Thursday, 17 October 2019

Questions (41, 43)

Catherine Martin

Question:

41. Deputy Catherine Martin asked the Minister for Education and Skills if additional core funding has been provided for the third level education sector in budget 2020; and if he will make a statement on the matter. [42439/19]

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Catherine Martin

Question:

43. Deputy Catherine Martin asked the Minister for Education and Skills the additional funding provided for higher level student supports in budget 2020, in particular for SUSI; and if he will make a statement on the matter. [42440/19]

View answer

Written answers (Question to Education)

I propose to take Questions Nos. 41 and 43 together.

An additional allocation of €153 million will be made in higher and further education and training in 2020.  This significant level of investment will be used to respond to demographic pressures and to underpin a range of initiatives in the higher education sector, including key enhancements for teaching and learning, as well as providing skills-enhancing opportunities for those individuals, sectors and regions most vulnerable to Brexit or requiring updated skills in the world of work transformed by technology and automation.

This funding builds on the progress in previous budgets and overall the higher education spend has increased by 25% over the past four years. At €1.88bn, 2020 will see the highest level to date of spend on higher education in a single year. 

This funding will provide: 

- For the launch of the Human Capital Initiative with €60 million in 2020, providing an additional 3,000 student places.

- €19 million to address demographic pressures, accommodating a further 2,700 places. 

- A multi-annual fund of €90 million to assist the development and progression of Technological Universities (TUs).

- Funding of €3.3 million to promote excellence in research. 

- Funding of €2 million for student mental health and wellbeing initiatives in the higher education sector. 

Budget 2020 will deliver an additional 2,700 new undergraduate student places through investment of €19m in 2020. This is reflective of the growing demographic pressures in higher education. This is part of a €60m increase in current funding to provide for increased student numbers over the three year period 2018-2020.

Increased demographic provision will be supplemented by the expansion of places in Higher Education in priority skill areas under the Human Capital Initiative (HCI). Through this fund an additional 1,500 undergraduate and 1,500 graduate conversion places will be provided in 2020.  This equates to a total of 5,700 additional student places in higher education in 2020.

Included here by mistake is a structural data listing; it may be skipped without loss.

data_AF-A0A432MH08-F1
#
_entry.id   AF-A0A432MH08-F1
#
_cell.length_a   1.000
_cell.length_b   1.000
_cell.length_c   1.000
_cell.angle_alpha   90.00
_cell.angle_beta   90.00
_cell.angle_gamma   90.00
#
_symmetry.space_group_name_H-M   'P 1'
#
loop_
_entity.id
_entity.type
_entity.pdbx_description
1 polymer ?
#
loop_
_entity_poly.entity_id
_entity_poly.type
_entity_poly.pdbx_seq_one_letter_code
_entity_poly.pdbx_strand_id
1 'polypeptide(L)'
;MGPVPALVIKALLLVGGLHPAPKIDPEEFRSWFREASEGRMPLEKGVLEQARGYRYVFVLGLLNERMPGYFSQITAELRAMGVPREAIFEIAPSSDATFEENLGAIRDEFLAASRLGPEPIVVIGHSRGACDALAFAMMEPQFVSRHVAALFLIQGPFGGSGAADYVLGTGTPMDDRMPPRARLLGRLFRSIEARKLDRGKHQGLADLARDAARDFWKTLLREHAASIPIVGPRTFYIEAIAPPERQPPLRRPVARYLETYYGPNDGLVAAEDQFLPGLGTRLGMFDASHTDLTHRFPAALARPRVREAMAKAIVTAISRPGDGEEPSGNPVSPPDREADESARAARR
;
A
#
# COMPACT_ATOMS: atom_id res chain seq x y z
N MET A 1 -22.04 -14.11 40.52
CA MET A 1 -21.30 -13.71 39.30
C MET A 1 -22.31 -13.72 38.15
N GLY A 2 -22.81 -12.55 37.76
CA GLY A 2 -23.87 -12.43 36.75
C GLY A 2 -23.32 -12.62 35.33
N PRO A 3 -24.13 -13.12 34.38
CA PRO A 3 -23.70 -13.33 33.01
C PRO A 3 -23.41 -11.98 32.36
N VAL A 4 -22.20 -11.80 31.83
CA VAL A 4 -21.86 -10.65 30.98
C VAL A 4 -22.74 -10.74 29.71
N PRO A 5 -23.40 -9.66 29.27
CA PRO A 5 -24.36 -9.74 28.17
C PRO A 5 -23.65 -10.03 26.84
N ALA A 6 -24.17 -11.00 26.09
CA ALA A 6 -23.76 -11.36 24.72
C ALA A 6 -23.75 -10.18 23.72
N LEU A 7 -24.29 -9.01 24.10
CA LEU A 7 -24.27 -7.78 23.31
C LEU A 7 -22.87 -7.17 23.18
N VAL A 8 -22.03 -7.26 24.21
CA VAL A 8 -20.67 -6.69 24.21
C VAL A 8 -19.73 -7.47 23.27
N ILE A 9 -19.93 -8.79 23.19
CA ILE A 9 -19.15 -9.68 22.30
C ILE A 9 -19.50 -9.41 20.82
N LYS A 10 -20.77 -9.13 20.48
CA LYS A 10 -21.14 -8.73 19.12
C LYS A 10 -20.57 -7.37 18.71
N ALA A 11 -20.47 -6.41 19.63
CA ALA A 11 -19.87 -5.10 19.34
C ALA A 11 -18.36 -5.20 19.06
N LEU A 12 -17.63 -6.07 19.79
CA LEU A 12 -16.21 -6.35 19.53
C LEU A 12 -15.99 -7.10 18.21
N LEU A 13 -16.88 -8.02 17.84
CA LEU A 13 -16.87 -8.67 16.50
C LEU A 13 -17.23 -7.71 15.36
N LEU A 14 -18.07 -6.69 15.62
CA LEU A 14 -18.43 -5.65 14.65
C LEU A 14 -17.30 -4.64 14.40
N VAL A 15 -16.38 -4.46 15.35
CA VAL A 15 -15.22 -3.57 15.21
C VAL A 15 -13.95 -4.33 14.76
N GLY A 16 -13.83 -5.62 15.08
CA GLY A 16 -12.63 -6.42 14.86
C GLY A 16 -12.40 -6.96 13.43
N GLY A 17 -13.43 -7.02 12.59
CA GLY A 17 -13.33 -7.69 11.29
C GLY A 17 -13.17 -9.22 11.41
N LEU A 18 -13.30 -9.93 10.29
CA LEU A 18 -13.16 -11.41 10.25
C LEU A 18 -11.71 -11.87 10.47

The HCI will be a transformative development for the third level sector. The HCI will invest €300 million in Higher Education over the period 2020 to 2024. Funded from the surplus in the National Training Fund, the HCI will help to realise the objectives of Project Ireland 2040, Future Jobs Ireland and the National Skills Strategy. At €60 million per year over the next 5 years, it will form a key part of our strategic response to addressing the skills needs of the economy,  mitigating Brexit risks, responding to digitalisation and the future world of work, and preparing ourselves for other challenges that the economy may face.

In order to actively address increasing demand on wellbeing, I have announced ring-fenced funding of €2m which will assist institutions in supporting students with their mental health and wellbeing. This is in addition to existing spending, in the region of €7m, by institutions in the area of ‘Welfare and Guidance’ which includes counselling services, health promotion, careers service, multi-faith, racial and ethnic cultural support.

The objective Research Excellence fund is to strengthen the international competitiveness and visibility of Ireland’s research capability.   Excellence in research emerges on the basis of international competition and collaboration, and these are increasingly important, especially in addressing today's global challenges. Ireland's research system is well regarded internationally in relation to factors such as academic freedom, a culture of open intellectual engagement and support for innovation.

As part of a programme of planned reforms of the National Training Fund the levy has increased from 0.7% to 1.0% between 2018 and 2020. The increase in the Training Levy has yielded an additional €190 million for investment in the tertiary education sector over this period. This investment has facilitated the huge growth we have seen in apprenticeship numbers, a 40% increase in participants in Skillnet Ireland programmes, and has led to the creation of the important ETB Skills to Advance programme.

Through Budget 2020 my Department has committed €27m in additional funding to  further the expansion of the apprenticeship programme with over 7,500 new registrations on craft and new apprenticeships. An additional €8 million will support 7,000 additional participants on Skillnet Ireland programmes including a new digital skills initiative and an SME upskilling scheme. The ETB Skills to Advance programme will be supported with an additional €6 million to allow for the upskilling of an additional 3,000 people in the workforce.

Overall, I am confident that this substantial level of addtional investment in third level education will bring significant benefits both for individuals and in terms of enhancing the skills available across the Irish economy to equip us for an ever-changing environment locally, nationally and on the global stage.